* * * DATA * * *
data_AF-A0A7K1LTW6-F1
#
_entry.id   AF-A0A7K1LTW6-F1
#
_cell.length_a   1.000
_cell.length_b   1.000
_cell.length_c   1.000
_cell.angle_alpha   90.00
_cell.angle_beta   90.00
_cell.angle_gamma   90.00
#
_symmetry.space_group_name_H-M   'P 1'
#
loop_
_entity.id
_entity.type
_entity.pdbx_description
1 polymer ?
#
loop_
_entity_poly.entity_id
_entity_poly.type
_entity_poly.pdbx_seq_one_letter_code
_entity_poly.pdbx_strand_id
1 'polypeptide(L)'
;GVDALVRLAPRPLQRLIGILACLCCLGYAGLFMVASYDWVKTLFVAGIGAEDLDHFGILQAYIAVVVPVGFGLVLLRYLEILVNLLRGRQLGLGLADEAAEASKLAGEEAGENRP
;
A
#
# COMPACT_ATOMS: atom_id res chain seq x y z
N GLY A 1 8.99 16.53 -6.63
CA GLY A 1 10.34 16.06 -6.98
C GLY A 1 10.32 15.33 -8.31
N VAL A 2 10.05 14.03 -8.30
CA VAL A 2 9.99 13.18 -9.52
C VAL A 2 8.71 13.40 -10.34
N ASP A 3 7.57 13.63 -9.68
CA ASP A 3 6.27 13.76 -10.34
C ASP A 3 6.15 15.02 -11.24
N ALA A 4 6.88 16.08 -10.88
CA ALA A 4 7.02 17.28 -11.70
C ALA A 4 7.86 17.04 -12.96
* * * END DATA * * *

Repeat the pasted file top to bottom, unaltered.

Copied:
data_AF-A0A7K1LTW6-F1
#
_entry.id   AF-A0A7K1LTW6-F1
#
_cell.length_a   1.000
_cell.length_b   1.000
_cell.length_c   1.000
_cell.angle_alpha   90.00
_cell.angle_beta   90.00
_cell.angle_gamma   90.00
#
_symmetry.space_group_name_H-M   'P 1'
#
loop_
_entity.id
_entity.type
_entity.pdbx_description
1 polymer ?
#
loop_
_entity_poly.entity_id
_entity_poly.type
_entity_poly.pdbx_seq_one_letter_code
_entity_poly.pdbx_strand_id
1 'polypeptide(L)'
;GVDALVRLAPRPLQRLIGILACLCCLGYAGLFMVASYDWVKTLFVAGIGAEDLDHFGILQAYIAVVVPVGFGLVLLRYLEILVNLLRGRQLGLGLADEAAEASKLAGEEAGENRP
;
A
#
# COMPACT_ATOMS: atom_id res chain seq x y z
N GLY A 1 8.99 16.53 -6.63
CA GLY A 1 10.34 16.06 -6.98
C GLY A 1 10.32 15.33 -8.31
N VAL A 2 10.05 14.03 -8.30
CA VAL A 2 9.99 13.18 -9.52
C VAL A 2 8.71 13.40 -10.34
N ASP A 3 7.57 13.63 -9.68
CA ASP A 3 6.27 13.76 -10.34
C ASP A 3 6.15 15.02 -11.24
N ALA A 4 6.88 16.08 -10.88
CA ALA A 4 7.02 17.28 -11.70
C ALA A 4 7.86 17.04 -12.96